ST. PETERSBURG, Fla. — Three conservation groups have filed formal notice of their intent to sue the Environmental Protection Agency if it doesn't take steps to protect manatees from water pollution in Florida.
Monday's news release from the Center for Biological Diversity, Defenders of Wildlife and Save the Manatee Club claims algae blooms killed seagrass in the Indian River Lagoon and that it happened because of inadequate water quality standards.
“It’s disgraceful that hundreds of manatees have died as a direct result of regulators’ failure to protect our water quality,” Jaclyn Lopez, Florida director at the Center, said in a statement Monday. “The Indian River Lagoon is an ecological wonder that supports not just manatees, but green sea turtles, snook, tarpon and a stunning diversity of marine life.”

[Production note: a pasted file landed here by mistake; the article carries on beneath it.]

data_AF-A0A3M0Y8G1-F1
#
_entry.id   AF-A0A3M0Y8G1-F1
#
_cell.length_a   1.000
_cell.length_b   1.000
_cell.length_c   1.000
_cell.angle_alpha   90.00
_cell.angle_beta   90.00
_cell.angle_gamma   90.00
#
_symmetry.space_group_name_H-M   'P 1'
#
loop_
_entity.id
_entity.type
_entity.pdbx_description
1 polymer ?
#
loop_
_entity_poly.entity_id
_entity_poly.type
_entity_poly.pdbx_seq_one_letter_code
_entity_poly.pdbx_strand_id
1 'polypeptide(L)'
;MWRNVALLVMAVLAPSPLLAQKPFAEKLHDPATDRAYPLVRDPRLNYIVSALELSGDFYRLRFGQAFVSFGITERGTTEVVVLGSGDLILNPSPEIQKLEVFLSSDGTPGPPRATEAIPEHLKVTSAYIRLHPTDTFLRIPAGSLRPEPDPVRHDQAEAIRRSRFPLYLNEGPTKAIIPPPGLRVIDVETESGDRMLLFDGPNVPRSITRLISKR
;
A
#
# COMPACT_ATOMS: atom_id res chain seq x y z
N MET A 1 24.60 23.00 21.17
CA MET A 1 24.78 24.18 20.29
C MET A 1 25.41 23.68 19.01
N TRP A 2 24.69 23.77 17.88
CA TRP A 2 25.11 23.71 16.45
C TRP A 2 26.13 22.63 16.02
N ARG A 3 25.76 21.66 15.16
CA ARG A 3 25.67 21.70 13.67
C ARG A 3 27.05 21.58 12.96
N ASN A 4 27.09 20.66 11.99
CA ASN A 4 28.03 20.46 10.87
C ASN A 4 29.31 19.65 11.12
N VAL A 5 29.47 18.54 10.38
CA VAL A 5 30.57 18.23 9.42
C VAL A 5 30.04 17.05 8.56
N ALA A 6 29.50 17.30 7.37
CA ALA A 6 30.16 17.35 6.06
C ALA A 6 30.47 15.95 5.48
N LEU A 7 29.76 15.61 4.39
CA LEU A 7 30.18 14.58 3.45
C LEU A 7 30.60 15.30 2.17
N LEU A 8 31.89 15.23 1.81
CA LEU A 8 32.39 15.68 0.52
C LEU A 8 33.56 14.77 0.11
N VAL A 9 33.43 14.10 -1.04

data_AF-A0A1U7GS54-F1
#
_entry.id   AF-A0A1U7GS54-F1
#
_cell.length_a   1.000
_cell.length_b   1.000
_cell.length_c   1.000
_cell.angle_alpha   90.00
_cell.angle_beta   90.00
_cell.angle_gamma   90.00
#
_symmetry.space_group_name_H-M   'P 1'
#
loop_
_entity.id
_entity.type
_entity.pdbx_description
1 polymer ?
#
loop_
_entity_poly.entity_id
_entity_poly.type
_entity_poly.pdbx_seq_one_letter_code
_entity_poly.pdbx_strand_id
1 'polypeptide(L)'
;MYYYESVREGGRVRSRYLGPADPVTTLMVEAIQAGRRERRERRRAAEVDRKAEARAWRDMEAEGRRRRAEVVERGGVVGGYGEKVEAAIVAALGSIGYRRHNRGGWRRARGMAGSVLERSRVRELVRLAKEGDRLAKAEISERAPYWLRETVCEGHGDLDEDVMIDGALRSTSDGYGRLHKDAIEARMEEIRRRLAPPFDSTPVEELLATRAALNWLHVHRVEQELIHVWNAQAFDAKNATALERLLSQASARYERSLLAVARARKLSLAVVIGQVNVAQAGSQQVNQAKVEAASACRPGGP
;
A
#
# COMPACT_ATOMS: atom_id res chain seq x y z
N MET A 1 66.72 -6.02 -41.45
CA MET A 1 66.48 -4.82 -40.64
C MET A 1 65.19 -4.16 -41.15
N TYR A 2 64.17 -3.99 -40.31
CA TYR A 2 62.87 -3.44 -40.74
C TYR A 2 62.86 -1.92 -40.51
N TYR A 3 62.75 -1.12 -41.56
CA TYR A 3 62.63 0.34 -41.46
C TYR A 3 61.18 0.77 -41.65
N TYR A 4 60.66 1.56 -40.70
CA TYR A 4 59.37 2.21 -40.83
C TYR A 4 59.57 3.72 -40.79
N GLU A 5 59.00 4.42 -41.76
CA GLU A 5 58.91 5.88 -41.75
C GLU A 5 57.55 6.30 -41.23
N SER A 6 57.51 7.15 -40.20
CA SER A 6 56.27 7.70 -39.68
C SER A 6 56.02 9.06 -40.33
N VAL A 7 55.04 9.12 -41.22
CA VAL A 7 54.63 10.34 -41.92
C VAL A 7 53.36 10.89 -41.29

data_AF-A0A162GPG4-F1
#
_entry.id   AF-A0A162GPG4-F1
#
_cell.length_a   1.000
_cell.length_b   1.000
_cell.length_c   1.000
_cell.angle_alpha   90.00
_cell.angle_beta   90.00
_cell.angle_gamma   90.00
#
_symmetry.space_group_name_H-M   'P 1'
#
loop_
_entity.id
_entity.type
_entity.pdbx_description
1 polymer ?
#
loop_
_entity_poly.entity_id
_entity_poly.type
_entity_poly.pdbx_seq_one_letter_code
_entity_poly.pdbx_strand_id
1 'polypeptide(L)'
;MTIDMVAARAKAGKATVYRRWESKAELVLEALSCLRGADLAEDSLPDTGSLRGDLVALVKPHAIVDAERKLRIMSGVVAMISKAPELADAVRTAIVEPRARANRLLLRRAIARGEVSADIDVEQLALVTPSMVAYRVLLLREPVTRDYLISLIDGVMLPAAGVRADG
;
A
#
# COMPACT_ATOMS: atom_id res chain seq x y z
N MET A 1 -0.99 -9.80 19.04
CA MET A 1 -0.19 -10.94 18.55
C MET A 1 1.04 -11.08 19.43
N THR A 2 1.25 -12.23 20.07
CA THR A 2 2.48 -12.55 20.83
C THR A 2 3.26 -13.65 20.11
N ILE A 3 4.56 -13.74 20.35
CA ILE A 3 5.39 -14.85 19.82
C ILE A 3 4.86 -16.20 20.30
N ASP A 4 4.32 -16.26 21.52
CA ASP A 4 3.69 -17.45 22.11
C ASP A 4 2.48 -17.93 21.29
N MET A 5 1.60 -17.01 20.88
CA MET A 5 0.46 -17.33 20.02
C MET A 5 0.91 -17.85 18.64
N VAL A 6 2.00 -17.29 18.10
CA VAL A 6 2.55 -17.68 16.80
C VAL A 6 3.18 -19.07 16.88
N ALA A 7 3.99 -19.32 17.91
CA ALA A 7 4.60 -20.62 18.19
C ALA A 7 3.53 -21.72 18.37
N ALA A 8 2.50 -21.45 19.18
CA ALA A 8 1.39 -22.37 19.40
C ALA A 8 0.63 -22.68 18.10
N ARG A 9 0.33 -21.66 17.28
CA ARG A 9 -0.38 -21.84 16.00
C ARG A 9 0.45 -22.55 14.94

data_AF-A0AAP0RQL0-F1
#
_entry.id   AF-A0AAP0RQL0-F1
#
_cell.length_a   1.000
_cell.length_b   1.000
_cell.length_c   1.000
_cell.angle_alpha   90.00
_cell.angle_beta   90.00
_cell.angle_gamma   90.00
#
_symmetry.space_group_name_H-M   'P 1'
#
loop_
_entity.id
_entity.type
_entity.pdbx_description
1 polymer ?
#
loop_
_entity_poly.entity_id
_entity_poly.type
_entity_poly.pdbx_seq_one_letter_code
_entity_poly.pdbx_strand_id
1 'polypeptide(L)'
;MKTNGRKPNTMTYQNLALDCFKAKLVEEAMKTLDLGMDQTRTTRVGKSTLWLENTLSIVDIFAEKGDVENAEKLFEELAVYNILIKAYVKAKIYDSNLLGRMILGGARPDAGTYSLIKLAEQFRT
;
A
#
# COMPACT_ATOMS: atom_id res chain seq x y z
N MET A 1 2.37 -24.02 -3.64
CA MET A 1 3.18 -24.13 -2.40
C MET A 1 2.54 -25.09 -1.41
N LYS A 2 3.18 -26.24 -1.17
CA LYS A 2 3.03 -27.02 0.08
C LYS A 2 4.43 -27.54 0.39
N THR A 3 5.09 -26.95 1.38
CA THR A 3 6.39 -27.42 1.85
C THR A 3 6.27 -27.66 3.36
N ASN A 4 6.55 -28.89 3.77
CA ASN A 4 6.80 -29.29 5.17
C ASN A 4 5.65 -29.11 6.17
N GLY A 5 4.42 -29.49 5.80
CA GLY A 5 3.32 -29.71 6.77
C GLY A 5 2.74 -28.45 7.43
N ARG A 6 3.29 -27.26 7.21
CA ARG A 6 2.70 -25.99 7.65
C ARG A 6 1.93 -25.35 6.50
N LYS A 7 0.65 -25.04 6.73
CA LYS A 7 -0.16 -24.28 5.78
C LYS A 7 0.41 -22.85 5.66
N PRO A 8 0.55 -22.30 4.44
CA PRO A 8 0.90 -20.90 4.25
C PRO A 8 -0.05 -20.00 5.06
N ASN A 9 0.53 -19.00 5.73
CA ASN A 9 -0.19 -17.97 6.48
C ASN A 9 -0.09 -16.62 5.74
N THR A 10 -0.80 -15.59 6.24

The groups argue that unregulated pollution in the Indian River Lagoon including "wastewater-treatment discharges, leaking septic systems and fertilizer runoff" all contributed to the algae outbreaks that kill seagrass and stop it from growing back.
From Jan. 1, 2021, to Dec. 10, 2021, Florida Fish and Wildlife Conservation Commission documented the deaths of 1,056 manatees. In 2020, FWC reported 558 manatee deaths and 527 in 2019. The increased amount of deaths in 2021 is alarming to conservation groups.
“It is painfully clear that Florida isn’t doing what’s necessary to control the sewage and fertilizer pollution that’s wrecking our public waters,” Earthjustice attorney Elizabeth Forsyth said in Monday's press release.
The FWC and the U.S. Fish and Wildlife Service approved a supplemental feeding plan for the starving manatees at Indian River Lagoon.
Monday’s notice gives the agencies 60 days to address violations alleged in the letter before the groups file a lawsuit.